What’s really distressing about this news – Laura Hamilton, the study’s lead author says that when respondents were asked why they thought women should change their last names, “they told us that women should lose their own identity when they marry and become a part of the man and his family.” Continue reading

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a thought on mike vick

Let me start by saying before Michael Vick’s legal troubles, I could probably count on my hands how many times I heard his name. Clearly, I am not an NFL fan or a big sports fanatic. My point is, I don’t really care about Michael Vick and am not invested in whether he plays or does not play football.

I went from barely noticing Michael Vick was alive to hearing about him constantly when he was brought up on charges and subsequently convicted of felony dogfighting charges. I had to witness the outrage from people who wondered how a man could go to jail for some dogs. Over and over people went on about how it was just some dogs and therefore it was ridiculous for Vick to be in jail. Okay. I’m not an animal activist and I’m not even really a dog person (I like cats). Still, it was very annoying to me that people were making a bigger deal of the perceived low value of a dog’s life than the fact that Vick just plain broke the law. There are lots of laws that people find ridiculous, but until you get the legislation changed, the law stands and going against it is a violation with consequences. Plain and simple, Vick broke the law (and in a shitty way, I might add) and therefore must pay the consequences. If the length of the sentence bothered people, well that was also written into law via statute and aggravated by the fact that Vick lied to the judge. Judges don’t like that. Remember that when judges have sentencing discretion, you might not want to lie to them or otherwise piss them off. Just a note. Continue reading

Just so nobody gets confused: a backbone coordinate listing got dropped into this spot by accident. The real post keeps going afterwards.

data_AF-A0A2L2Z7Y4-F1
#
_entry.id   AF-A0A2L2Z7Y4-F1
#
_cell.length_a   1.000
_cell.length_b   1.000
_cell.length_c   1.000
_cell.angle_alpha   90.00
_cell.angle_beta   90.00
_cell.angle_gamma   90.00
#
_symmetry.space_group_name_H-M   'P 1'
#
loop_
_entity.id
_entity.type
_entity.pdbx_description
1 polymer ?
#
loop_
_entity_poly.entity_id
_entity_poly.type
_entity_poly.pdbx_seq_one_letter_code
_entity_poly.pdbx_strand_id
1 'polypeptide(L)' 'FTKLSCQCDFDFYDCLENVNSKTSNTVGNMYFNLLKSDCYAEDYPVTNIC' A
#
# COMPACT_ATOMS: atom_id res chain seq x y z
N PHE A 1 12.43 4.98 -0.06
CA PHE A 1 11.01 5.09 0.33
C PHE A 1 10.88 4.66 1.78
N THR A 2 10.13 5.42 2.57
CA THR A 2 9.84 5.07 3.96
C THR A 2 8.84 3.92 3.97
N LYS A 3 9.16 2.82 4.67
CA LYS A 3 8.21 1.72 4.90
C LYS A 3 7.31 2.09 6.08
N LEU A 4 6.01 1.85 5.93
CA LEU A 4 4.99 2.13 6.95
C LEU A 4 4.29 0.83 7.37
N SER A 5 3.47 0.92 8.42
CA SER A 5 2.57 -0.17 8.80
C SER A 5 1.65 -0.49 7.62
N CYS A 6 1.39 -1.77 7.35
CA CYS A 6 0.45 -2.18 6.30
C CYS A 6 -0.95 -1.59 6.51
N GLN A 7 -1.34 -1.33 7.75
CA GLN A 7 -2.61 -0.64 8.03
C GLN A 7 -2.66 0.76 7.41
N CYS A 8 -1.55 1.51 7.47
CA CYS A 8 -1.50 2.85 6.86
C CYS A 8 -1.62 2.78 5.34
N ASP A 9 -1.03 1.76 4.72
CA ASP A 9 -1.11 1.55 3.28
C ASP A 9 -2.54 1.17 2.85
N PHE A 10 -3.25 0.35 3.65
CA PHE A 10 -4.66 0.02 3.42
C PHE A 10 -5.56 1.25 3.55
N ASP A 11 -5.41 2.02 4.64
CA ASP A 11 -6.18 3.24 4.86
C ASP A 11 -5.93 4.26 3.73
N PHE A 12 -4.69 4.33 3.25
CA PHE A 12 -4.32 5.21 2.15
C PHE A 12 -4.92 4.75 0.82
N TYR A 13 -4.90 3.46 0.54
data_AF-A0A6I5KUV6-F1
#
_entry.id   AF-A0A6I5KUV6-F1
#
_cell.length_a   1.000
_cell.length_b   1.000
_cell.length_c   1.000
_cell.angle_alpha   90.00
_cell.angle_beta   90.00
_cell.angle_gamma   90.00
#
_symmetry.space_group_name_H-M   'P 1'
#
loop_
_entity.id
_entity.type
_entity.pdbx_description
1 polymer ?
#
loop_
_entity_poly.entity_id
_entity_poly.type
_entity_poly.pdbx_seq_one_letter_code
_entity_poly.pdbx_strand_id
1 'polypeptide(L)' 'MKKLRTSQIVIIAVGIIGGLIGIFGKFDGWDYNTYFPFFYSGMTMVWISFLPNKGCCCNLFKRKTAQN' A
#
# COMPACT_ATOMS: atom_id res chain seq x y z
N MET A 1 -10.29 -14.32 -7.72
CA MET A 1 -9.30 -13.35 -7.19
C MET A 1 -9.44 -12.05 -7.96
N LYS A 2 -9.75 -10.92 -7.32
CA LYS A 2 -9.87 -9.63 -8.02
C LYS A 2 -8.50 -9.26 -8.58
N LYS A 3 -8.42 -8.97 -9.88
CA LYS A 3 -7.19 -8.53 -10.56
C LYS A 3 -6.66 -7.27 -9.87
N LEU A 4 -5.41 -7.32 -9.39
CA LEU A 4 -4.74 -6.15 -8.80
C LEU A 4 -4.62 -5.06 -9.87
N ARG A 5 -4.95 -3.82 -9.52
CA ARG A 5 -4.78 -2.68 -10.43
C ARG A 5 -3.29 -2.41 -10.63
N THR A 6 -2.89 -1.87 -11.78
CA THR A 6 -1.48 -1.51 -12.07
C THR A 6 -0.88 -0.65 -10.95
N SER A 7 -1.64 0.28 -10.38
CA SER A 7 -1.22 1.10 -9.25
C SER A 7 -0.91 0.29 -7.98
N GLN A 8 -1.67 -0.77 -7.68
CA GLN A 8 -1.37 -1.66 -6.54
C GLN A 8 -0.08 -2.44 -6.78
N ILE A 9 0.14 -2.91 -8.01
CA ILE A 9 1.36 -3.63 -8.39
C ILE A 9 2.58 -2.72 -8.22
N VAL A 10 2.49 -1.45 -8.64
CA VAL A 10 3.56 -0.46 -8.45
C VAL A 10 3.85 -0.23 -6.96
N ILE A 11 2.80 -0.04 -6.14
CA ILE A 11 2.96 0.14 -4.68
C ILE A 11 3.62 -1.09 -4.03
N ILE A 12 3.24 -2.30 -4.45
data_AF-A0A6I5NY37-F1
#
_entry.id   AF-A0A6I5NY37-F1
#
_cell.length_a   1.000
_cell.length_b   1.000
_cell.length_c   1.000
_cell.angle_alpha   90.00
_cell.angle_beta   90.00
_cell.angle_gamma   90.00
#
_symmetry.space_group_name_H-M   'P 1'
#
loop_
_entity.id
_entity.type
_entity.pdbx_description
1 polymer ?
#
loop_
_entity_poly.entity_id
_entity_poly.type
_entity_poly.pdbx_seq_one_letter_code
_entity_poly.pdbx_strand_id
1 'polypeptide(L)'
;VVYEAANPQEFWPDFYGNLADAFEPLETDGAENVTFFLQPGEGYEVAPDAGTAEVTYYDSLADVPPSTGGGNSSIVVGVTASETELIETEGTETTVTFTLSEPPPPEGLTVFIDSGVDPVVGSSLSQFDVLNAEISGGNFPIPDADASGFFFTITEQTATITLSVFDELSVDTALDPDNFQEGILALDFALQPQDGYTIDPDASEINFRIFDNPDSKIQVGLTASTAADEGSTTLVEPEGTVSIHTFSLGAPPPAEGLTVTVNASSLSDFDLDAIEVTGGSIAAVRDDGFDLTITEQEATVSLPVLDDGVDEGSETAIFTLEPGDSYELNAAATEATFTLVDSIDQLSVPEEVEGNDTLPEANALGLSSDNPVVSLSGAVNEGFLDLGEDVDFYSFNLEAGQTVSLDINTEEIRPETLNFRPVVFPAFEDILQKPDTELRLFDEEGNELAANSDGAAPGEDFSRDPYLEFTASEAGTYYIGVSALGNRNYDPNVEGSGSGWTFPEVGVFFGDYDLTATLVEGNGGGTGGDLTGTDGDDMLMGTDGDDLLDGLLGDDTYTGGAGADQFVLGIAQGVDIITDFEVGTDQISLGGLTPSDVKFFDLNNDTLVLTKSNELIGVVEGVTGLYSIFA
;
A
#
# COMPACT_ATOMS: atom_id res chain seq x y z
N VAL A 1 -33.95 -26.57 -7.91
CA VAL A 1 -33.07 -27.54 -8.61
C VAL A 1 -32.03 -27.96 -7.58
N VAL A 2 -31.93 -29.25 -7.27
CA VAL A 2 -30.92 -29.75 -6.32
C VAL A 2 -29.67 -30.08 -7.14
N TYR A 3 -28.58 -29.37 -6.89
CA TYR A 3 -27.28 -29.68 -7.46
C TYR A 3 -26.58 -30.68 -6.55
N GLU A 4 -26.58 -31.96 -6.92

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Leave ME at the altar? Nah, buddy.

Girl, let me be your manager, er, lawyer!

Leave me at the altar and I’m not going to kill you (á la the recent, so-called “angry women killers” in the Gatti and McNair cases). No, I’m going to get you where it really hurts. I’m going to sue your ass (or at least try to).